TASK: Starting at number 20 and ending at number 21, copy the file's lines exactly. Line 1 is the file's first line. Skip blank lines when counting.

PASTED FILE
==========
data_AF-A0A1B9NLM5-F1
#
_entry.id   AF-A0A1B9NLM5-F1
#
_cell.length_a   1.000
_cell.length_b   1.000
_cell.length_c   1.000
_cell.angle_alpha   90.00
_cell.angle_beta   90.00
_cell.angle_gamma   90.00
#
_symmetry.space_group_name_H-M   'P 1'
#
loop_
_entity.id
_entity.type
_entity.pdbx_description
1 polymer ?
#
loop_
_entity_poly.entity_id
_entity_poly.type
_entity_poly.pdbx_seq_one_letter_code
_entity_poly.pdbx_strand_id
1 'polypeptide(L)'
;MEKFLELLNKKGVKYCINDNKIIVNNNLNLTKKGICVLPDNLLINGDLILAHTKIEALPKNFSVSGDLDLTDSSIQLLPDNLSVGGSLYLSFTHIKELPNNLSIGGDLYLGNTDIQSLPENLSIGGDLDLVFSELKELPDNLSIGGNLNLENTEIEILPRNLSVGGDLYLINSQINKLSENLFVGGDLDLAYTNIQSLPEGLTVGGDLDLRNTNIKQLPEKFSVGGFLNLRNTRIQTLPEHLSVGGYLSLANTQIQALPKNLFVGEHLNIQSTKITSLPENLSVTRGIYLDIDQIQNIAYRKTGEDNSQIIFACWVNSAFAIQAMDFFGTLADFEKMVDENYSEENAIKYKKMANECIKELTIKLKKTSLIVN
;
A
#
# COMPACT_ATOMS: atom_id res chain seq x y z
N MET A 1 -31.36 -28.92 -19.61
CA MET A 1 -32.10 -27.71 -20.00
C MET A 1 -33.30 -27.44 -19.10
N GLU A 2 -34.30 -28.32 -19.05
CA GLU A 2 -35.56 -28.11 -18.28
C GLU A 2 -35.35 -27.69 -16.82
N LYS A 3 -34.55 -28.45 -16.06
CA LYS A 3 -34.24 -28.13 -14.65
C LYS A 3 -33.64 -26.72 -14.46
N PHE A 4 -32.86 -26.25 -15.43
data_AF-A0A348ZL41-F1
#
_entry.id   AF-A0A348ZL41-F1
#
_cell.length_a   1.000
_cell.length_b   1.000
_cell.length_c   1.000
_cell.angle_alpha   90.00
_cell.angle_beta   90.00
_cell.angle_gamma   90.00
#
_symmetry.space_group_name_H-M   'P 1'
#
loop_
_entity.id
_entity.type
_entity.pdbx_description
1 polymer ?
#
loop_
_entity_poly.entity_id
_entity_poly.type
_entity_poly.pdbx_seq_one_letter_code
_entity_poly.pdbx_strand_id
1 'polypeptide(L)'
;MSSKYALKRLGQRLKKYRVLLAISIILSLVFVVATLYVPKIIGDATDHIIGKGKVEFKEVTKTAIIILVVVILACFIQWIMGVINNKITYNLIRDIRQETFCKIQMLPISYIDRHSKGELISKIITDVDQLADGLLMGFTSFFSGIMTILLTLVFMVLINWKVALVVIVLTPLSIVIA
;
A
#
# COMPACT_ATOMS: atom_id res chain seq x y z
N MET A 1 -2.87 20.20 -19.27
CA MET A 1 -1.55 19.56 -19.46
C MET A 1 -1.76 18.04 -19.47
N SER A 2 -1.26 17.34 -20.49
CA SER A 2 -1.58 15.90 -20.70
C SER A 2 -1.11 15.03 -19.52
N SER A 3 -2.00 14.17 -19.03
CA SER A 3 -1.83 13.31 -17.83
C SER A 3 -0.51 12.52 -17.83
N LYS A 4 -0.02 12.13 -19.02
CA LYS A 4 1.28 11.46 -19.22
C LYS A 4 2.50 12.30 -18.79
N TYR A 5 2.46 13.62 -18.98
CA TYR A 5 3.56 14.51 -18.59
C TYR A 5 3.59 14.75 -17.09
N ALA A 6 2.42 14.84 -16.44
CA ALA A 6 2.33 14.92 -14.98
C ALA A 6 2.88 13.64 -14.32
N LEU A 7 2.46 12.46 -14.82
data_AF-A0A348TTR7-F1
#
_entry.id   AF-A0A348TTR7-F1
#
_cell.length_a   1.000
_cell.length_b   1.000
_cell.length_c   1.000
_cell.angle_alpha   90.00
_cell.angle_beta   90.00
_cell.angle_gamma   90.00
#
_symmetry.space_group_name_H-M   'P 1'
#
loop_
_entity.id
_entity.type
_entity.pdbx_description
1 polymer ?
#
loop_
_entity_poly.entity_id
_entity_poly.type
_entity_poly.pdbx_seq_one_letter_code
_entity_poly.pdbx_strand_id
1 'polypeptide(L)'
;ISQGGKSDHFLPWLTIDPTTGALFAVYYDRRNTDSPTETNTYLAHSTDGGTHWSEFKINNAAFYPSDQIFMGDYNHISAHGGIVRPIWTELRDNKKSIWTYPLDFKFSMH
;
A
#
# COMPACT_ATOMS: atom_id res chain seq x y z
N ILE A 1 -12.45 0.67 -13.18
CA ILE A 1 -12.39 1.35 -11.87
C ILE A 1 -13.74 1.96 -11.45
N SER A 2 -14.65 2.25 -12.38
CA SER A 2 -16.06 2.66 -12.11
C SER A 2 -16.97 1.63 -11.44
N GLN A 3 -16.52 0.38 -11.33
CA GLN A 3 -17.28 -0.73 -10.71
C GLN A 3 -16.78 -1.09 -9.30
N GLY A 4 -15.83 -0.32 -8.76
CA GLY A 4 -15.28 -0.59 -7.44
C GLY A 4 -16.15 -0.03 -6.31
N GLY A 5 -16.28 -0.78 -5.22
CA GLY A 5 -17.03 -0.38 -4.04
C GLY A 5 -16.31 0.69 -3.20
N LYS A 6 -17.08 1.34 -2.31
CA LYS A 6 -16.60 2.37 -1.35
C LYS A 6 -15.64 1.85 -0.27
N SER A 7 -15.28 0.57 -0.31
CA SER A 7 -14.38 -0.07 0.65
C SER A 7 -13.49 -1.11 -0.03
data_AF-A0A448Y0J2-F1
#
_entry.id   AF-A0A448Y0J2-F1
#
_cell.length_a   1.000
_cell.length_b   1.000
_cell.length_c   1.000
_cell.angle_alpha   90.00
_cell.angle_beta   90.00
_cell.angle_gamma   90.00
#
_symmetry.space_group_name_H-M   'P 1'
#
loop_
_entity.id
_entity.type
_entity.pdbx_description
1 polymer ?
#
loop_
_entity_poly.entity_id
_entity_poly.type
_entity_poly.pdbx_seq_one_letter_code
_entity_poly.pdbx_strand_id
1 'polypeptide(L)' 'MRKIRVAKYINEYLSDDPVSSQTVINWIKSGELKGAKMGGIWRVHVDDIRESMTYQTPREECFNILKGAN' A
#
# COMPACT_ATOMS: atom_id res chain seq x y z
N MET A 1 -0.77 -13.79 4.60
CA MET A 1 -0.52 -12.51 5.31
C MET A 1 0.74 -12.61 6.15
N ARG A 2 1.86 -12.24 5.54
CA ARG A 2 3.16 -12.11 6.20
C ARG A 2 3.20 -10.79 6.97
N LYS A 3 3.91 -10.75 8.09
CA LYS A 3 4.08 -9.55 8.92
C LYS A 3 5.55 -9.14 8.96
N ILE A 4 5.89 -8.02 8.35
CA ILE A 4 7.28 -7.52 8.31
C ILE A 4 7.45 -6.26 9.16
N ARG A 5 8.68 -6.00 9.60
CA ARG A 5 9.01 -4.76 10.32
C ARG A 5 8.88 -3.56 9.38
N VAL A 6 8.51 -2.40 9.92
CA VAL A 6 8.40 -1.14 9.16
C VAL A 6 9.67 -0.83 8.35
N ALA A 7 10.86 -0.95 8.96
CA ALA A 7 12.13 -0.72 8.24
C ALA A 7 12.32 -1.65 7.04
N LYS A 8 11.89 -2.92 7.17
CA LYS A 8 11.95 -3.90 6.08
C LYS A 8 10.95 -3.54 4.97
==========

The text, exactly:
loop_
_entity_poly.entity_id